El Niño: Expect Wet Weather
Phoenix area will experience a wetter than normal start to 2016 thanks to El Niño. The Climate Prediction Center forecasts better than a 60% chance of a wetter than normal time period of January through March. This is expected to be one of the strongest recorded El Niño episodes since 1950.
The city’s emergency responders are on standby, trained and ready to respond to significant weather incidents. Phoenix’s Duty Officer monitors weather conditions around the clock, and is prepared to alert citywide teams about critical weather situations. In addition, the Public Works and Street Transportation Departments have crews ready to respond to assist residents 24/7.
Streets issues: 602-262-6441
Hauling Away Storm Debris: 602-534-2222
WHAT WE KNOW. WHAT WE DON'T KNOW.
Each El Niño has a somewhat different “flavor” and even among the strongest episodes, there are notable differences in precipitation amounts and placement. Fortunately, despite typical greater than average precipitation, past strong El Niño events have not produced significant flooding events in Arizona and Southeast California (not saying that it couldn’t happen this year). Seasonal mountain snowfall also carries considerable uncertainty, though all the 3 strongest events led to above average snow in Arizona.
What We Know:
- Strong El Niño conditions will exist through winter 2015-16.
- This will be one of the strongest recorded El Niño episodes since 1950.
- Strong El Niño conditions typically lead to increased rainfall in Arizona and Southern California.
- Odds clearly points towards a wetter than average winter – especially the latter parts of the season.
- Each El Niño is slightly different and there are other weather influences to consider.
- There have only been 6 recorded strong El Niño events and only 3 as strong as this year since 1950.
- The small sample size of comparative El Niño events limits more certainty in specific winter predictions.
What We Don’t know:
- Even though odds strongly point towards a wet winter, we do not know whether it will be just above average or much above average.
- Mountain snowfall may or may not be above average depending on snow levels during the winter.
WHAT IS EL NIÑO?
El Niño is characterized by unusually warm ocean temperatures in the Equatorial Pacific, as opposed to La Niña, which characterized by unusually cold ocean temperatures in the Equatorial Pacific. El Niño is an oscillation of the ocean-atmosphere system in the tropical Pacific having important consequences for weather around the globe.
Among these consequences are increased rainfall across the southern tier of the US and in Peru, which has caused destructive flooding, and drought in the West Pacific, sometimes associated with devastating brush fires in Australia. Observations of conditions in the tropical Pacific are considered essential for the prediction of short term (a few months to 1 year) climate variations.
Click graphic to see larger version of El Niño Winters to Average Winter Rainfall illustration.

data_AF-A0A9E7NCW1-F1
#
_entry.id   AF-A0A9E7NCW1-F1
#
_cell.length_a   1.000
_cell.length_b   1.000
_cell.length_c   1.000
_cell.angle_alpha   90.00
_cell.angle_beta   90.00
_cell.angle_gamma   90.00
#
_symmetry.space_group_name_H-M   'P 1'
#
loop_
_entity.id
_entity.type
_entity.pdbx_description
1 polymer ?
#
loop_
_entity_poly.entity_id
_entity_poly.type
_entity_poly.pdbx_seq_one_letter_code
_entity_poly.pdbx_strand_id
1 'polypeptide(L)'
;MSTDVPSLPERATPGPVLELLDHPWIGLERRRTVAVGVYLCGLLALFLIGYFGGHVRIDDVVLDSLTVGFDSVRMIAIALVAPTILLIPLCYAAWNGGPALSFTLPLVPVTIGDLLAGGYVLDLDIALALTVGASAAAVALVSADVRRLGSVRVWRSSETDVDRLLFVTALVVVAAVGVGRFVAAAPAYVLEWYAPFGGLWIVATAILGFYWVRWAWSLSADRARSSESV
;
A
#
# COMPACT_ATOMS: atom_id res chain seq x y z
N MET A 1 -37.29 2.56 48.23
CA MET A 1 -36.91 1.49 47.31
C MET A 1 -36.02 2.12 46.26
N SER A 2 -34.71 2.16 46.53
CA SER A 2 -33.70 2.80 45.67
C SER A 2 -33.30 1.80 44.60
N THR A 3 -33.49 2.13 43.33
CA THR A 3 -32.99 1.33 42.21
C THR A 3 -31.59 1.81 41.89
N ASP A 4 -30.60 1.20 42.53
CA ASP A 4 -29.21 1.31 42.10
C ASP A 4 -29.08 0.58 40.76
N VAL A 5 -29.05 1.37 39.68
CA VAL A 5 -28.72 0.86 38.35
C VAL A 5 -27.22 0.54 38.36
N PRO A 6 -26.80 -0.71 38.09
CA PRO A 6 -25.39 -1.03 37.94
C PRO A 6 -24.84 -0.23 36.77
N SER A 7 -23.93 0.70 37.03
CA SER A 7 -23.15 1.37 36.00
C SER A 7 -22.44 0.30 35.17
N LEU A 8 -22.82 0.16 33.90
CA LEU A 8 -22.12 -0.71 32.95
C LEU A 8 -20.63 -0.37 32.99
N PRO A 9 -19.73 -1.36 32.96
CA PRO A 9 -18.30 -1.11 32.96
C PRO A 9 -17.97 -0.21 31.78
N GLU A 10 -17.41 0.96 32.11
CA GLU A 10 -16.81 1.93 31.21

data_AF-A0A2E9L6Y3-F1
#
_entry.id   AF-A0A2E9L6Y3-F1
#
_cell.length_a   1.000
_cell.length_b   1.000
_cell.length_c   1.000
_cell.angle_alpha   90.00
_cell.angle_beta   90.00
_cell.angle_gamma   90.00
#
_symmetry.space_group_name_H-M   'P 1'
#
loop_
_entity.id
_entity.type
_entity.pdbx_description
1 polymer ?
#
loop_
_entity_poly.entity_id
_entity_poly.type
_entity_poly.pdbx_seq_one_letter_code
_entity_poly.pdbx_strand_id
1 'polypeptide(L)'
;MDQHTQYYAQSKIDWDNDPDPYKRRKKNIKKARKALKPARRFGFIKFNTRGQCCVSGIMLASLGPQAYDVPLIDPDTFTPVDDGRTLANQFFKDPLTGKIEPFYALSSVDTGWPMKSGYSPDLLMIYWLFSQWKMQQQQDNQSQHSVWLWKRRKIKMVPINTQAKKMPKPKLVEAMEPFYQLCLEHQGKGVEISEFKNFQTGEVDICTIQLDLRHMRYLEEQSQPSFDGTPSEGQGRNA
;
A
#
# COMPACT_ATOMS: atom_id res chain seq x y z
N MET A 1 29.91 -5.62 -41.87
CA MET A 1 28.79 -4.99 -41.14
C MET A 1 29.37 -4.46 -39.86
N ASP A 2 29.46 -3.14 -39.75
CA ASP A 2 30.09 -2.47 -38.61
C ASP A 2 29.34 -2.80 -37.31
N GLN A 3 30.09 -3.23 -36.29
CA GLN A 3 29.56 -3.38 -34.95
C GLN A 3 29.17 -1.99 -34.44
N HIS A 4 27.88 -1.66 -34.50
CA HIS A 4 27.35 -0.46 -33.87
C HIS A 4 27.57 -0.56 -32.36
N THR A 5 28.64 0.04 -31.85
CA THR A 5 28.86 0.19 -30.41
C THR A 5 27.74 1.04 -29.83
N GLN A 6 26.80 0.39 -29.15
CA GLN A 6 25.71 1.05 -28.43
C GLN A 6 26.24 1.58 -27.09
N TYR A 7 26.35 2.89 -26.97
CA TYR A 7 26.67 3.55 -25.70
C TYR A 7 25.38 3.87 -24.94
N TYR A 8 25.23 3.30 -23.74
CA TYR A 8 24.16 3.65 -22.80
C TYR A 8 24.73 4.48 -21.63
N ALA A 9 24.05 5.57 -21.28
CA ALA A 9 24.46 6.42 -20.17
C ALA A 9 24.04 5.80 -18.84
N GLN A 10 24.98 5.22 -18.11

What actions to take when you receive a flood watch or warning alert from the National Weather Service for your local area and what to do before, during, and after a flood.
Basic Safety Tips
- Turn Around, Don’t Drown!
- Avoid walking or driving through flood waters.
- Just 6 inches of moving water can knock you down, and 2 feet of water can sweep your vehicle away.
- If there is a chance of flash flooding, move immediately to higher ground.
Flash Floods are the #1 Cause of Weather-Related Deaths in the US.
- If floodwaters rise around your car but the water is not moving, abandon the car and move to higher ground. Do not leave the car and enter moving water.
- Avoid camping or parking along streams, rivers, and creeks during heavy rainfall. These areas can flood quickly and with little warning. Flood Watch = “Be Aware.” Conditions are right for flooding to occur in your area.
- Turn on your TV/radio. You will receive the latest weather updates and emergency instructions.
- Know where to go. You may need to reach higher ground quickly and on foot.
- Build or restock your emergency preparedness kit. Include a flashlight, batteries, cash, and first aid supplies.
Prepare Your Home
- Bring in outdoor furniture and move important indoor items to the highest possible floor. This will help protect them from flood damage.
- Disconnect electrical appliances and don't touch electrical equipment if you are wet or standing in water. You could be electrocuted.
- If instructed, turn off your gas and electricity at the main switch or valve. This helps prevent fires and explosions. Flood warning Flood Warning = "Take Action!" Flooding is either happening or will happen shortly.
Steps to Take
- Move immediately to higher ground or stay on high ground.
- Evacuate if directed.
- Avoid walking or driving through flood waters. Turn Around, Don’t Drown! Just 6 inches of moving water can knock you down and 2 feet of water can sweep your vehicle away.
After a Flood
- Return home only when authorities say it is safe.
- Be aware of areas where floodwaters have receded and watch out for debris. Floodwaters often erode roads and walkways.
- Do not attempt to drive through areas that are still flooded.
- Avoid standing water as it may be electrically charged from underground or downed power lines.
- Photograph damage to your property for insurance purposes. When it is not flooding: Make a flood plan
- Know your flood risk.
- Make a flood emergency plan.
- Build or restock your emergency preparedness kit, including a flashlight, batteries, cash, and first aid supplies.
- Consider buying flood insurance.
- Familiarize yourself with local emergency plans. Know where to go and how to get there should you need to get to higher ground, the highest level of a building, or to evacuate.
- Stay tuned to your phone alerts, TV, or radio for weather updates, emergency instructions, or evacuation orders.
Alert: Flood Information